For comparison I found this reference
gravel (40–70 mm,specific surface area of 700 m 2  /  m 3 and bed porosity of 0.4)and a LECA with the commercial name of Filtralite NR(4–8 mm, specific surface area of 1250 m 2  /  m 3 and bedporosity of 0.45).
I converted that to inches and feet.
1.5-2.5 inch gravel has an SSA of 213 ft2/ft3 and bed porosity of 40%
1/8–3/8 inch LECA has an SSA of 318 ft2/ft3 and bed porosity of 45%).

Some of these figures do not seem to jive...  It may be that the 2' gravel was not ordinary drain rock.

Nate Storie showing specifications for Sand, Pea Gravel, 3/4" Rock, 1" River Rock and his Zip Tower Media

Radial Filters are inexpensive to build, extremely efficient, and offer the side benefit of capturing fry before they are eaten. To grow healthy plants we must keep the roots clean, and the radial filter will do a better job. There are many versions of radial filters on the internet, but the principal is pretty basic, and easy to understand. A radial filter will remove most of the detritus by slowing the water down, and allowing it to settle to the bottom of the radial filter, thus keeping your DWC raft beds, and media beds as clean as they need to be.

Basic radial filter
There have been quite a few other types of filters tested, but any attempt to use filter pads will create a lot of extra work, and jeopardize the clear flow of water if you forget to clean it. Depending on the size of your filter you will be married to that chore more often than you like.

I only do this when my fish have babies, but occasionally I will place a filter inside my radial filter on the exit pipe in order to save the fry that get sucked in. I can then move them to a safe tank until they grow a bit larger.

One of the biggest blunders newbies make is to buy fish before the system is cycled.  Cycling involves growing bacterial (nitrification) which will naturally find their way into a aquaponic system.  There is no need to buy this bacteria, and every product I have ever used did absolutely nothing.  This includes products claiming to have several bacteria strains, and those claiming to have special enzymes.  Nitrification takes a minimum of three weeks, and as your system ages this process will mature and get even better.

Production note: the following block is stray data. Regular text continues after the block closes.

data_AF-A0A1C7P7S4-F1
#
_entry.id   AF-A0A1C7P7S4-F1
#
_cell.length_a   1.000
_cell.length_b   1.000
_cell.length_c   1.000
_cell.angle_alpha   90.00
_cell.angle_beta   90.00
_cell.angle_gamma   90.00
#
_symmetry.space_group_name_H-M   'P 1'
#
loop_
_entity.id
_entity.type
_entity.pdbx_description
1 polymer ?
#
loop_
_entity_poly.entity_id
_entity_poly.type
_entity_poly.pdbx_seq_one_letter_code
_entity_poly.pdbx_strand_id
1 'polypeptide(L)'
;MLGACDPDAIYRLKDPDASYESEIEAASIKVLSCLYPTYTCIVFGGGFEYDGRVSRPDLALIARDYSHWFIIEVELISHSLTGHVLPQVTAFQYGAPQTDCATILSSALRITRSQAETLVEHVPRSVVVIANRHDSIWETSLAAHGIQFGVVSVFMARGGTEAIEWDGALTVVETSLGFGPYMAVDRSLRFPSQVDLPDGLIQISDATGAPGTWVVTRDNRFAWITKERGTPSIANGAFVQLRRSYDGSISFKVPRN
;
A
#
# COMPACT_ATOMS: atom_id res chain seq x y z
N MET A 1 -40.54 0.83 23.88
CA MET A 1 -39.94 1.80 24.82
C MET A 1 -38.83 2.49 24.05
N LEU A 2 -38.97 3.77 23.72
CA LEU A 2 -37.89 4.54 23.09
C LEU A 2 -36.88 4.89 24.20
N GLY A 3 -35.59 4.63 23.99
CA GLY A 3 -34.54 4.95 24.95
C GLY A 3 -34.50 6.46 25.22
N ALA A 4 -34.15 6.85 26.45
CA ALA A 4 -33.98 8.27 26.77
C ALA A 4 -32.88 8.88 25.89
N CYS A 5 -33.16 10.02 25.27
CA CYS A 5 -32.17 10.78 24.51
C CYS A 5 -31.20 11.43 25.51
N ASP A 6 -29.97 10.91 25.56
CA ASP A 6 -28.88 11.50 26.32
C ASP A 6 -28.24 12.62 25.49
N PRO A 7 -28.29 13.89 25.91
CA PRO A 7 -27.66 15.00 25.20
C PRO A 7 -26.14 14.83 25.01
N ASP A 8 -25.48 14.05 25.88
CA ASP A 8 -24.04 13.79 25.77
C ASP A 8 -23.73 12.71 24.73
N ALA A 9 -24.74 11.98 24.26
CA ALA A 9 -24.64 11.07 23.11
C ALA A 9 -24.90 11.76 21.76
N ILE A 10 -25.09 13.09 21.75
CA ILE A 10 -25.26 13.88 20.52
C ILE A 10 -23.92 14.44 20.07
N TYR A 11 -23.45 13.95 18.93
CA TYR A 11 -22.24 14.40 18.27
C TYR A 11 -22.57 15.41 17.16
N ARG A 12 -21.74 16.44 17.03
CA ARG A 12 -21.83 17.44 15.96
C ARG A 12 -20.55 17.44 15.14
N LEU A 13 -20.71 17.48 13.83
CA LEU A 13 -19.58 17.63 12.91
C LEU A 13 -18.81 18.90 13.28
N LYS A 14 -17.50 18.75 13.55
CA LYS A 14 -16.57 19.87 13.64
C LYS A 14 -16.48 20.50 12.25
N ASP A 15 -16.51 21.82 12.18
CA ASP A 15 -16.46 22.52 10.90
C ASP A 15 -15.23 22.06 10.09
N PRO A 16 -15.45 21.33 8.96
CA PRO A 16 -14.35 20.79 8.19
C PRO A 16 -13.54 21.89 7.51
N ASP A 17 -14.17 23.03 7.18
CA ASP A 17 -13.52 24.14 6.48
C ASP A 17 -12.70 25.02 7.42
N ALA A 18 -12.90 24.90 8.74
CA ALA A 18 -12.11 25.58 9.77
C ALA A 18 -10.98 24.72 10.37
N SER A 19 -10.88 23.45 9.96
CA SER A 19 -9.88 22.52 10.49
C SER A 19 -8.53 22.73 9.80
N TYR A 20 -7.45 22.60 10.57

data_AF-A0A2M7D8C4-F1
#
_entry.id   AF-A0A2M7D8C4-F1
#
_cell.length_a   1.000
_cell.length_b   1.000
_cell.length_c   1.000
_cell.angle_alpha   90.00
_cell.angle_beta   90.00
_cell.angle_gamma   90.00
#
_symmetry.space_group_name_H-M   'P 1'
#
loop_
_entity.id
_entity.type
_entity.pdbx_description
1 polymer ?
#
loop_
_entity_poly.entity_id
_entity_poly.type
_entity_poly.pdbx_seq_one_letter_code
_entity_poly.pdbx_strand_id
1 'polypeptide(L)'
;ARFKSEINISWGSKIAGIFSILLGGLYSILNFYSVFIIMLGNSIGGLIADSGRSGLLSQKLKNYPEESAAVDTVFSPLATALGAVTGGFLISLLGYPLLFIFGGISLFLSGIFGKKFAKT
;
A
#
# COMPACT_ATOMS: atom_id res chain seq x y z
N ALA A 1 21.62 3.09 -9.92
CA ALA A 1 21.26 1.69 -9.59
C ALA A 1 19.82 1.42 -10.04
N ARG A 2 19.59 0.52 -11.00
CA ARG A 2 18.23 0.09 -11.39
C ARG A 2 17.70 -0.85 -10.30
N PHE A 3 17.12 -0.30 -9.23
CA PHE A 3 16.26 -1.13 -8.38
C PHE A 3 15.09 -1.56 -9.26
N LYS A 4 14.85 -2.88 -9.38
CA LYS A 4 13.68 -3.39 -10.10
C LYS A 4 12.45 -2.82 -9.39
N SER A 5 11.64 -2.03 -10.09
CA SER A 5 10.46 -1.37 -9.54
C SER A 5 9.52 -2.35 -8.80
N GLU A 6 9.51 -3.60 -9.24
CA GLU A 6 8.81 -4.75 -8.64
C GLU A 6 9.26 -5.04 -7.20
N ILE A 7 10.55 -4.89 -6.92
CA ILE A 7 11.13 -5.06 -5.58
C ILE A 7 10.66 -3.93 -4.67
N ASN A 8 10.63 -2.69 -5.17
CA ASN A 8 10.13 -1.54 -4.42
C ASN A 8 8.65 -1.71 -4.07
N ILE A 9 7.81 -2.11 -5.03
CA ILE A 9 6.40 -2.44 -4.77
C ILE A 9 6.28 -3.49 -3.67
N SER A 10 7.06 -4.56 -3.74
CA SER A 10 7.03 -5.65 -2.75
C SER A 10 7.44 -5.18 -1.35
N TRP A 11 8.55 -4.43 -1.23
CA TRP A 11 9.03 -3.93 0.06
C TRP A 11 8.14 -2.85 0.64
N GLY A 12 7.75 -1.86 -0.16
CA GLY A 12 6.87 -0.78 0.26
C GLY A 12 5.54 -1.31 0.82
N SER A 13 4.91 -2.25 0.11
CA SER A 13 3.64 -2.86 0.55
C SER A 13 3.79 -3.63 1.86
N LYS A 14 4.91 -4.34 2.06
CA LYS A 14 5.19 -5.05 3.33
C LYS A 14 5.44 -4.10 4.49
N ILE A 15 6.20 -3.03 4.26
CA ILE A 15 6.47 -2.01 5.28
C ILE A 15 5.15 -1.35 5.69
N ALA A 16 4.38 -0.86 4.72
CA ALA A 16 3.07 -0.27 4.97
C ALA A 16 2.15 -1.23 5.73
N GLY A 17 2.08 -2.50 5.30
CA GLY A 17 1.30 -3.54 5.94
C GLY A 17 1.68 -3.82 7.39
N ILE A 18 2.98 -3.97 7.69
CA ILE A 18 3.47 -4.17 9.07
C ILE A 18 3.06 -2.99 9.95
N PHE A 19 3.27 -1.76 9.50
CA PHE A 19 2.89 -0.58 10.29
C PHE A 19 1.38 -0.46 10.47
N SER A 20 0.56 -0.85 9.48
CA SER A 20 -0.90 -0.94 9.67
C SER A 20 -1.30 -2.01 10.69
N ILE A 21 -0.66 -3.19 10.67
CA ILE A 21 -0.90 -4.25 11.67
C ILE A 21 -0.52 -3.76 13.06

There is only one way to speed the process.  You can obtain a fresh bucket of media from an established system and add it to yours.  Water from an established system will not work.  To feed and grow the nitrifying  bacteria simply add enough urine to maintain the ammonia at about 0.5 - 1.00 ppm more or less, and let the water flow through the media and it will begin to grow.
There is possibly one other way to quickly establish nitrification, but I have never tried this.

Nitrifying bacteria live on surfaces therefore a high  BSA is good.  Nitrification is a process where bacteria convert ammonia to nitrite and other bacteria convert nitrite to nitrate.  This is a two-step oxidation process of ammonium (NH4+ or ammonia NH3) to nitrite (NO2-) then to nitrate (NO3-) .  During the cycling process do not adjust your pH unless it falls below pH 7.  The bacteria prefer a higher pH.  The pH can be adjusted later when the bacteria have become established.  It is this nitrification process that removes the ammonia and nitrites from the water and creates a clean healthy environment for your fish.  Without it you will be doing several water changes per day of burying dead fish.

Nitrogen is a key component of aquaponics.

The United States uses about 13 Million Tons of nitrogen fertilizer a year.  It takes  liters of fossil fuel to make just  2.2 lbs or 1 Kg of nitrogen, so alternative sources is a big deal and I hope I can convince you to use sources of nitrogen such as urine and weeds which are simply going to waste.

We add protein in the form of fish food and that breaks down into nitrogen for our plants.  For most of us this is all we need to know, but if you wish to crunch numbers and maximize the use of nitrogen then I suggest Commercial System Design – Nitrogen Budget. Paul Van der Wolf explains the entire cycle in depth. 

The System Build
Your first system will probably be done as inexpensively as possible, and you may be temped to try some of your own ideas. I can tell you from experience that your tanks need to be sturdy, thin enough to accept a Uniseal or bulkhead, and of a material that will not rot from constant exposure to water which I guarantee you will spill plenty.
Concrete may seem like a good choice, but only if it is sealed. The problem with concrete is that it will affect the pH and if you continually force the pH down to an acceptable level the concrete will also weaken and crumble. There are ways to seal it with pool paint or wax, but it's is probably better the just avoid it.

Wood Tanks will rot if water accidentally gets under the liner. I have successfully [built wood tanks using fiberglass], but in the end this was more expensive than a good solid agriculture stock tank which can generally be picked up for about $1/gallon.  Over time the bulkheads tended to loosen - probably due to the contraction and expansion of the wood.
These bunk feeders make good DWC Raft beds and the stock tanks are perfect for fish tanks
The advantage to building your own tanks is you get to make them exactly the size and shape you wish.